Ohio board gives AMP-Ohio extra time to come up with new power plant option

The Ohio Power Siting Board on June 4 approved a request by American Municipal Power-Ohio Inc. to extend the expiration date on an approval for a power line that was to serve an abandoned coal-fired power project in Meigs County, Ohio.

In 2007, American Municipal Power-Ohio had applied for a certificate of environmental compatibility and public need to construct an electric transmission line and related facilities necessary to transmit the electricity generated by the 1,000-MW, coal-fired American Municipal Power Generating Station (AMP Generating Station) in Meigs County. The AMP Generating Station was approved by the board in 2008. But AMP-Ohio later terminated the project after its projected costs shot up. It has lately been keeping the plant site in waiting for other possible power projects, including a gas-fired one.

In November 2008, the board authorized the construction, operation, and maintenance of the transmission line. The board’s order provided that if AMP-Ohio has not commenced a continuous course of construction of the transmission line within five years of the issuance of the order, the certificate for the transmission line would become invalid. In 2013, AMP-Ohio asked for an extension, which was granted.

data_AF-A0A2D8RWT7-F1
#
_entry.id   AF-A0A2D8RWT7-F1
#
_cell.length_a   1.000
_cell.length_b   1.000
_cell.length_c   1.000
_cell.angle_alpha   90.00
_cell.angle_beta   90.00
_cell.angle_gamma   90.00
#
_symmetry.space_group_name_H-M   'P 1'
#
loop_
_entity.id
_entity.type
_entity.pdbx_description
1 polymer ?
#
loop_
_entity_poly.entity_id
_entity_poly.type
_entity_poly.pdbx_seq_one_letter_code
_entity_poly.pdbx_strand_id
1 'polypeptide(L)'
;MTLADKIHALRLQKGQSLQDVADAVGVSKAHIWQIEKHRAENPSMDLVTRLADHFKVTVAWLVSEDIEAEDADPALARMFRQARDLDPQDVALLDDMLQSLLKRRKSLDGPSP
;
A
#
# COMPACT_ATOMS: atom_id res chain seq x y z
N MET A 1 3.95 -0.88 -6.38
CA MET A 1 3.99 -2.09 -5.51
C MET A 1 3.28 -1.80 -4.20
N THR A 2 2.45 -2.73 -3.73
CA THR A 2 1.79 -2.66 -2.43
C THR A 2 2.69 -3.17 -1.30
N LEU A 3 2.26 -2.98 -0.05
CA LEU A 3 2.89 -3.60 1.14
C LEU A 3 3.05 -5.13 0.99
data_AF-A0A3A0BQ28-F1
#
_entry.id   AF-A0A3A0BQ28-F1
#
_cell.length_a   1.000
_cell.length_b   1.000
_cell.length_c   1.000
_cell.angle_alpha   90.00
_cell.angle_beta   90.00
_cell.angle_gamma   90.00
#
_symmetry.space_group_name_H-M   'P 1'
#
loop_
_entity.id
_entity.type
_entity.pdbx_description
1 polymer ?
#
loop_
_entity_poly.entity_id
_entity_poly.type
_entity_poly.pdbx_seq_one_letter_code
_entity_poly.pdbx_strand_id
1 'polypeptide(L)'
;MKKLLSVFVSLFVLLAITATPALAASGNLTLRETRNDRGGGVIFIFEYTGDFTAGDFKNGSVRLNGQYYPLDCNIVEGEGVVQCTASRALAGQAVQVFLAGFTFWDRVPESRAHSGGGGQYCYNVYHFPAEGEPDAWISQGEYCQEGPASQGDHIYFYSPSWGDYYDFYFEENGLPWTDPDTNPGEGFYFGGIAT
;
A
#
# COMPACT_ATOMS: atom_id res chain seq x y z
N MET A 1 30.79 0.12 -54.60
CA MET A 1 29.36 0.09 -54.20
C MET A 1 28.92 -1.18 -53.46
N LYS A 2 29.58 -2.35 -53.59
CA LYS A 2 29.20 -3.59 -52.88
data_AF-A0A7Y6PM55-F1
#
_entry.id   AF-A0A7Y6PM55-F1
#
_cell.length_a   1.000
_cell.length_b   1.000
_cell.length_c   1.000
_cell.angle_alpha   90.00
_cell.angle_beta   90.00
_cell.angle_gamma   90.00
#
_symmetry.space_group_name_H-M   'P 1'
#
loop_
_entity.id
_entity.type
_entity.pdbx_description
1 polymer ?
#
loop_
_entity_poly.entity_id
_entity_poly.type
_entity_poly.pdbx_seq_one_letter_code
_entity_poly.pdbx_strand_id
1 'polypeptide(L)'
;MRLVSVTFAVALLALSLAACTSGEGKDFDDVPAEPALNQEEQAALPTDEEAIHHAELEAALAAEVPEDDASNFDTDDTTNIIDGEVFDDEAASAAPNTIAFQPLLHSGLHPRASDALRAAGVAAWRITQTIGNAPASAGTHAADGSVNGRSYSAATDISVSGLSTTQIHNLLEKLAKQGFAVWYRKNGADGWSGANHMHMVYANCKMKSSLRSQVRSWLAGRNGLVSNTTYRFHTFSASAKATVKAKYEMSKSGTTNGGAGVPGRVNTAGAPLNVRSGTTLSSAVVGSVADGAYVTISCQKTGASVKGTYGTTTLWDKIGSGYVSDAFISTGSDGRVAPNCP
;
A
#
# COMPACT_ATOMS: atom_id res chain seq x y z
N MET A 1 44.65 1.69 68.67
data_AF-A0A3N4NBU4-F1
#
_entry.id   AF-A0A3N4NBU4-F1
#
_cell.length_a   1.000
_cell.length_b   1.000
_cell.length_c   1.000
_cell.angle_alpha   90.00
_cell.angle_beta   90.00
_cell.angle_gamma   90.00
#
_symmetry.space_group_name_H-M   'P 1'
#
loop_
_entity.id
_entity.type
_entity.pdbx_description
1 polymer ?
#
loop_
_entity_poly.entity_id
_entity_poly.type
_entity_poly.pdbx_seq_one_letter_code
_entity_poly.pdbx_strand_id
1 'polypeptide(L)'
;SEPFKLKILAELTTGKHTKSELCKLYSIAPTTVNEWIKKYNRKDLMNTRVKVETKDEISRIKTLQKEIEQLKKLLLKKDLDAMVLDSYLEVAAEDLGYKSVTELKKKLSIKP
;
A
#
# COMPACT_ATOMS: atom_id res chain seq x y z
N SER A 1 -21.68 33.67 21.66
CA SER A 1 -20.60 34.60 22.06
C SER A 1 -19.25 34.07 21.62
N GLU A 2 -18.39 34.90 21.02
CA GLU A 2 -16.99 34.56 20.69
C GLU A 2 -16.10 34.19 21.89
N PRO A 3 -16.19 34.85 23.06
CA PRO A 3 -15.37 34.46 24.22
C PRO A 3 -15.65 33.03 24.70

Said the June 4 board order: “Upon consideration of AMP-Ohio’s April 24, 2015 motion to extend the certificate issued in the Transmission Line Case, the Board finds that the motion is reasonable and should be granted. Accordingly, the certificate in this case should be extended to March 3, 2016.”

AMP-Ohio would have to come back to the board separately for any new power plant project it wants at the site.

About Barry Cassell 20414 Articles
Barry Cassell is Chief Analyst for GenerationHub covering coal and emission controls issues, projects and policy. He has covered the coal and power generation industry for more than 24 years, beginning in November 2011 at GenerationHub and prior to that as editor of SNL Energy’s Coal Report. He was formerly with Coal Outlook for 15 years as the publication’s editor and contributing writer, and prior to that he was editor of Coal & Synfuels Technology and associate editor of The Energy Report. He has a bachelor’s degree from Central Michigan University.